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Date of Award


Document Type


Degree Name

Doctor of Philosophy in Electrical Engineering (PhD)

College, School or Department Name

Department of Electrical and Computer Engineering

First Advisor

Paul Bergstrom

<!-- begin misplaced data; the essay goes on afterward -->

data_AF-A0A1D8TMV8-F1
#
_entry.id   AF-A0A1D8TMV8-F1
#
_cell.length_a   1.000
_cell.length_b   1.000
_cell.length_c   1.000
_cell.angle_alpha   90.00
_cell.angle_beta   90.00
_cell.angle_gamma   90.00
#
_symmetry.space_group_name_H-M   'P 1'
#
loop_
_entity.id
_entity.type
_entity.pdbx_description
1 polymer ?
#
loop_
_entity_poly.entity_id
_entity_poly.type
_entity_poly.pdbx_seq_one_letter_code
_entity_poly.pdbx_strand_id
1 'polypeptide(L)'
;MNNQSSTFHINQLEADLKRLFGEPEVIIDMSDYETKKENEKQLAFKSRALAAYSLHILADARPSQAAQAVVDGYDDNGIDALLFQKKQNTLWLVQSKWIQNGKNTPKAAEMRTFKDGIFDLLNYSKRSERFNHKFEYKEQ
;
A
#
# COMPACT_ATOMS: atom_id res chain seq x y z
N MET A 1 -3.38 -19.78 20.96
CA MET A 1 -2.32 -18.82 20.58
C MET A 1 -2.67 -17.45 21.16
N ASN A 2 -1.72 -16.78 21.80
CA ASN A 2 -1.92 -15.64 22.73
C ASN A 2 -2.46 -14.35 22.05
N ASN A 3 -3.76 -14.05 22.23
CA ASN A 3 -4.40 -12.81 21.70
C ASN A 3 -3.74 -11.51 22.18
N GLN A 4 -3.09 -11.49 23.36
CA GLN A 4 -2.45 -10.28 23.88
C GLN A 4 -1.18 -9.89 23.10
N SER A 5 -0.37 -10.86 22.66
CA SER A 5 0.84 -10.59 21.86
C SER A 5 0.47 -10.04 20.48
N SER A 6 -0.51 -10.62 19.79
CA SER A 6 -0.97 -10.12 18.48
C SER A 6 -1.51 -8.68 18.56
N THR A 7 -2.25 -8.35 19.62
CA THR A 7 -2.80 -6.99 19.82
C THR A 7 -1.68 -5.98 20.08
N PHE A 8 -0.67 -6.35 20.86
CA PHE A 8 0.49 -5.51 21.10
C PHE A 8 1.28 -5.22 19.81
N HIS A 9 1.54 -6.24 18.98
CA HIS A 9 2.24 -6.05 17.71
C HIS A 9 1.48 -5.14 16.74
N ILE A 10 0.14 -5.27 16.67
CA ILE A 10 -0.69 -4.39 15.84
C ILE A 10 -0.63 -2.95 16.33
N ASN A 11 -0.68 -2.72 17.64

There is a need for a new sensing device; one that is capable of sensing much lower concentrations at much faster rates than what is currently available. When these needs are satisfied, the new technology has the potential to improve healthcare by increasing the likelihood of early disease detection, reduce industrial manufacturing costs by increasing the speed to analyte measurement, and protect the people of the world in ways that are currently not possible by multiplexed testing capability to detect analytes such as poisons. There have been several technologies that have been developed to detect ultra-low analyte concentrations; however none of them are yet commercially viable. Silicon nanowires have the ability to satisfy the new sensing needs, while remaining commercially viable with a manufacturing process that could allow for mass production much easier than that of other technologies. Both modeling and experimentation was performed for this dissertation to enhance the knowledge of the functionality, sensitivity, and fabrication of silicon nanowire biosensors. Applying the results from this work, the design of the silicon nanowire chip enhanced the resolution of the sensor to detect pico-molar concentrations of Bovine Serum Albumin in solution with a 100 nA current signal change, and the fabrication studies have increased the functional device yield from 75% to 95%. Utilizing the electrodeposition methods for selectively coating the silicon nanowires and the easily scalable fabrication process developed through this endeavor will allow for ease of integration into a mass production environment, ultimately moving the viability of the technology commercialization forward.